Are Christian Holidays Pagan in Origin?
Have you or your organization have done any research on the origins of Christian customs, holidays, and symbols? I have read that in the 3rd century AD pagans were largely received into Christianity and were permitted to retain their signs and symbols. (Vine's Dictionary of Biblical Terms) Also many of today's holidays for instance Christmas, Easter, Valentine's Day, even the Sabbath was changed from Saturday (the 7th day of the week) to Sunday, etc. (Microsoft Encyclopedia, Fossilized Customs) And if all of this is so, why aren't more people hearing about it? Some may not care but Christians definitely should. We don't want to be the pagans of today, right?
Thanks again for taking the time to read my question.
Thanks for writing. I appreciate the concern you have in making sure that Christianity isn't unduly corrupted by pagan influences. However, your worries are unfounded. Let's look at your examples above and see if we can be consistent with the Bible's teaching on the matter.
The Sabbath Day
First, I would say that the Sabbath was never "changed". That's a misrepresentation. The Bible states that as the Jews would gather for services at the synagogue on Saturday, the believers would then meet on the first day of the week (Sunday - see Acts 20:7). It was on Sunday they would celebrate communion.
When the Gentiles began being converted, they would also meet on the first day of the week. However, since they weren't Jews, they wouldn't attend the Saturday synagogue service. Paul had no problems with this, as he wrote the Colossians "Therefore no one is to act as your judge in regard to food or drink or in respect to a festival or a new moon or a Sabbath day-- things which are a mere shadow of what is to come; but the substance belongs to Christ." (Col. 2:16-17).
If you'd like a more detailed treatment of this subject, please refer to my article "Should Christians Hold to a Saturday Sabbath?"
The "Pagan Roots" of Holidays
As for some of the other holidays, I think you may have things turned around a bit. Easter is specifically a Christian holiday celebrating the resurrection of Jesus from the dead (see my article "The Resurrection as History" ). While there are many different types of springtime rituals and celebrations (much of this stemming from the importance of agriculture in the survival), the fact that they occur somewhere around Easter is purely coincidental.
The time of Christ's resurrection is clearly shown in the New Testament to be the Sunday following the Jewish Passover. Jesus was arrested after having celebrated the Passover with His disciples. He was crucified and rose three days later. The fact that in subsequent centuries symbols of some other spring rites such as bunnies and eggs have made their way into the Easter celebration in no way makes the holiday pagan. Many of those symbols are expressions of new life - which certainly fits in with the theme of Easter.
As for some of the other holidays, such as Christmas, Christians didn't allow the pagans to keep their celebrations, but rather provided an alternative to the more popular secular festivals. During the Christmas season, for example, many Christians were uncomfortable with the worship of a pagan god, Mithra (for more on Mithra and Christianity, see Did Christianity Steal From Mithraism?). So the church decided to counter the pagan festival with one of their own, one that celebrates the birth of the true savior. Since no one knows on just which day Jesus was actually born, December 25 worked as well as any other. We see many churches do similar things today in their Harvest festivals; they choose October 31 to create an alternative celebration to Halloween.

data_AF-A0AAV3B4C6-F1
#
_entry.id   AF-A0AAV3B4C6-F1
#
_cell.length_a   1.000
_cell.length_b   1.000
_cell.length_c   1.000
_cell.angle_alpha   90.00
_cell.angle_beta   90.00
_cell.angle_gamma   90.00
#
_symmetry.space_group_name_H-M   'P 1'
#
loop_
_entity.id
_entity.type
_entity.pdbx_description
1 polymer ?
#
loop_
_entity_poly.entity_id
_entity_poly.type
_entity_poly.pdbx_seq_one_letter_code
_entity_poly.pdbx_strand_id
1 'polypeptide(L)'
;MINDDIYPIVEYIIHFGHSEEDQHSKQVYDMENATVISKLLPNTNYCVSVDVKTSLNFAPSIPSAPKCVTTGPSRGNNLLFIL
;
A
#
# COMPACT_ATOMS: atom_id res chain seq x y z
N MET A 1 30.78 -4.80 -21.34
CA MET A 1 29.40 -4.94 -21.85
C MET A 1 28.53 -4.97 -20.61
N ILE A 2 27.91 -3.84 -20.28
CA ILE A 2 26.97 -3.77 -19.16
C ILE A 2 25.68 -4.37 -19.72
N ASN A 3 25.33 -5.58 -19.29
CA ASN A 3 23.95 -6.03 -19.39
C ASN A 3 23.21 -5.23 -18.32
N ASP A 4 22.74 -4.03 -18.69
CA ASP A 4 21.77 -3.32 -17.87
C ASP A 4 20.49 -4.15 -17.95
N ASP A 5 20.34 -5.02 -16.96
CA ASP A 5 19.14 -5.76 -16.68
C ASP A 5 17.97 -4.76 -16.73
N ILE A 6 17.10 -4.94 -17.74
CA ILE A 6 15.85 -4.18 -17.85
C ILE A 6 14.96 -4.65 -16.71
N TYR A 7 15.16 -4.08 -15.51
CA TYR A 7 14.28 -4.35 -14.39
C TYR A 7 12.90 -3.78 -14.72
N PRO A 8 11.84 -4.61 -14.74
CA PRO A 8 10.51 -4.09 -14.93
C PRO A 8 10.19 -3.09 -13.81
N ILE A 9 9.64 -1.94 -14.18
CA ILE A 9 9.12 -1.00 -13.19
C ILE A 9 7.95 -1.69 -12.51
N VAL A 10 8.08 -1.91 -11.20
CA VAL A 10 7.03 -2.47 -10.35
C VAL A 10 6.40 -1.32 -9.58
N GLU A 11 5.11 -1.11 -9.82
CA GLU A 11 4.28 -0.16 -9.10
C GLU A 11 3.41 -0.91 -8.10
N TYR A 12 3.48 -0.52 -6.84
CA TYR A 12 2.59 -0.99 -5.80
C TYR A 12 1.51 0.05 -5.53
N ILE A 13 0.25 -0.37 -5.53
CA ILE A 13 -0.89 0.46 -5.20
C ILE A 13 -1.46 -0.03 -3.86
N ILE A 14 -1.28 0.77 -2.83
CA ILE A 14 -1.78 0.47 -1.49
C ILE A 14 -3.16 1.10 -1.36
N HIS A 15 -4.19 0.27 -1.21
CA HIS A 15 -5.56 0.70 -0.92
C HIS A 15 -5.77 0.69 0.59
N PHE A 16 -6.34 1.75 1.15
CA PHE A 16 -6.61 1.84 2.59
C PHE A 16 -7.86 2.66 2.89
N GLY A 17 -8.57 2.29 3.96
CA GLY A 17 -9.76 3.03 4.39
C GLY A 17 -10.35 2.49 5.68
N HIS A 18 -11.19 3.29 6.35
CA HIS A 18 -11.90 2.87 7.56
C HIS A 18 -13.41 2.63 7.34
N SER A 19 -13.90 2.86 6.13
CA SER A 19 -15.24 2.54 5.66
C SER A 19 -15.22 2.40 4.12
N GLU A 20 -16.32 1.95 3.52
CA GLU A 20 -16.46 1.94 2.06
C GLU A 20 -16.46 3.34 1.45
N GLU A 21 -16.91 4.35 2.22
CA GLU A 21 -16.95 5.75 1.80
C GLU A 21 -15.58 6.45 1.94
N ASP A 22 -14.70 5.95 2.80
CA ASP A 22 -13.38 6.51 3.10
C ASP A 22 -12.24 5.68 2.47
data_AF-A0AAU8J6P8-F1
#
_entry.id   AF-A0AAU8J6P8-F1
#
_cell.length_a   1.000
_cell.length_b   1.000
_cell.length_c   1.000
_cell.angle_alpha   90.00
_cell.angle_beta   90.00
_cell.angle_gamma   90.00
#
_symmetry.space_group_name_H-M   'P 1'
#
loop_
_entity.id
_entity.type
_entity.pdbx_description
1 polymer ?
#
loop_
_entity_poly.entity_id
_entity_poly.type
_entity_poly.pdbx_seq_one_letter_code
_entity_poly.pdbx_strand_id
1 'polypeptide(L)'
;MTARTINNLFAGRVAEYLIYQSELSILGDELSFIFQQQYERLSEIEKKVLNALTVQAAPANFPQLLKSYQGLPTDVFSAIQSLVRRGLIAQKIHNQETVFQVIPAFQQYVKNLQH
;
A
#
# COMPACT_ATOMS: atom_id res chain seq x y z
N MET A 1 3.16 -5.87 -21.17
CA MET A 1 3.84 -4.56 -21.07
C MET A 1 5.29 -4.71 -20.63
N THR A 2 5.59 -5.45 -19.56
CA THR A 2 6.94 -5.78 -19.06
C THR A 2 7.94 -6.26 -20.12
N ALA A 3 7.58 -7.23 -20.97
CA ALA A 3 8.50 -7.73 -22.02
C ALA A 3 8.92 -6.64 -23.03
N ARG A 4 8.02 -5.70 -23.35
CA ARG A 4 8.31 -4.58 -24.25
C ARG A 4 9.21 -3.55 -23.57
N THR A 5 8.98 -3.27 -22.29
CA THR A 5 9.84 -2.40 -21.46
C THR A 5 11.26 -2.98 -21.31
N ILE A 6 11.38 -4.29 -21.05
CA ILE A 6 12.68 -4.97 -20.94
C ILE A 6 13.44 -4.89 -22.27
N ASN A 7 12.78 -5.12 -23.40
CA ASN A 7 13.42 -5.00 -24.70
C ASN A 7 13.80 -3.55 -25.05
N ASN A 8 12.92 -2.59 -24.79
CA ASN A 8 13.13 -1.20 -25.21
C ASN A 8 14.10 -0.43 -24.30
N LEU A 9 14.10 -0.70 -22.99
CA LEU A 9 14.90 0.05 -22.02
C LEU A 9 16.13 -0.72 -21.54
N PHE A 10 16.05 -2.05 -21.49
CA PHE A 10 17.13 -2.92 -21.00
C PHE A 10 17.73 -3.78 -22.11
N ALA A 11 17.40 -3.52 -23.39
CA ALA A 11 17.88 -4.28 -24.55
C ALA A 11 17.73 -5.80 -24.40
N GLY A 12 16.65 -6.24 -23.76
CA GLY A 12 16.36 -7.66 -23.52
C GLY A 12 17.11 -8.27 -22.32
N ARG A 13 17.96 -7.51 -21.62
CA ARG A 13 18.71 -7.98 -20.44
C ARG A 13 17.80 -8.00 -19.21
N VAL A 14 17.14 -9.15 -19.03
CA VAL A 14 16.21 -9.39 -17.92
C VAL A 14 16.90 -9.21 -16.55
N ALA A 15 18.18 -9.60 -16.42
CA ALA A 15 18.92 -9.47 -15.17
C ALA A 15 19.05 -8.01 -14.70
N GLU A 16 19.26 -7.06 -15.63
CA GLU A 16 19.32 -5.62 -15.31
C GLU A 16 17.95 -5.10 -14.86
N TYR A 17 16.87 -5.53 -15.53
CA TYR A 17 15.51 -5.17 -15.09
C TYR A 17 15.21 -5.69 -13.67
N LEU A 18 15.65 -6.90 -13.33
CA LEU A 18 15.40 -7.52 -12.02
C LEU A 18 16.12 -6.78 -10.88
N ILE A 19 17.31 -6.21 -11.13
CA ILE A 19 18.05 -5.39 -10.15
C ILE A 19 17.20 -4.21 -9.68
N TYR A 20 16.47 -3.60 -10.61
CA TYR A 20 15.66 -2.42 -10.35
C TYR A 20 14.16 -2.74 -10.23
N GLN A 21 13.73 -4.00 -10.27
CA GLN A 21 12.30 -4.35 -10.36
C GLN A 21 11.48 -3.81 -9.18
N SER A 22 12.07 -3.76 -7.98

Hank Hanegraaff correctly summed up this issue when he wrote, "The real question that must be addressed is, 'What was the church's intent in choosing December 25 for the celebration of Christmas in the first place?' The answer may surprise you! The early church chose this date to point to the triumph that Christ's birth represented over the pagan traditions of the Roman Empire. In other words, the church was not endorsing a pagan ceremony but establishing a rival celebration. Today the world has all but forgotten the pagan gods of Rome. But at least a billion people on planet Earth celebrate the Christ of Christmas."(1)
The Biblical Understanding of Festivals
Ultimately, though it is important to understand what God's word says about how we should approach holidays. Paul shows in Romans 14 that things we would normally consider pagan are not in and of themselves evil. It is really the conscience and motivation of the person that has the real significance. Paul writes "One person regards one day above another, another regards every day alike. Each person must be fully convinced in his own mind." (Rom 14:5)
Since most people are not trying to celebrate pagan gods in their celebration of holidays such as Christmas or Easter, but the Lord Jesus, the holidays are not corrupted. Other holidays such as Valentine's day are really cultural celebrations that use established and well-understood symbols like cupid to convey an abstract concept like love. It is only when the holiday celebrates ideas that are counter to the Christian message that they become dangerous.
I hope this has cleared up any misunderstanding you may have had over the celebration of holidays. Please let me know if I can be of any more assistance. God bless you in your desire to serve Him.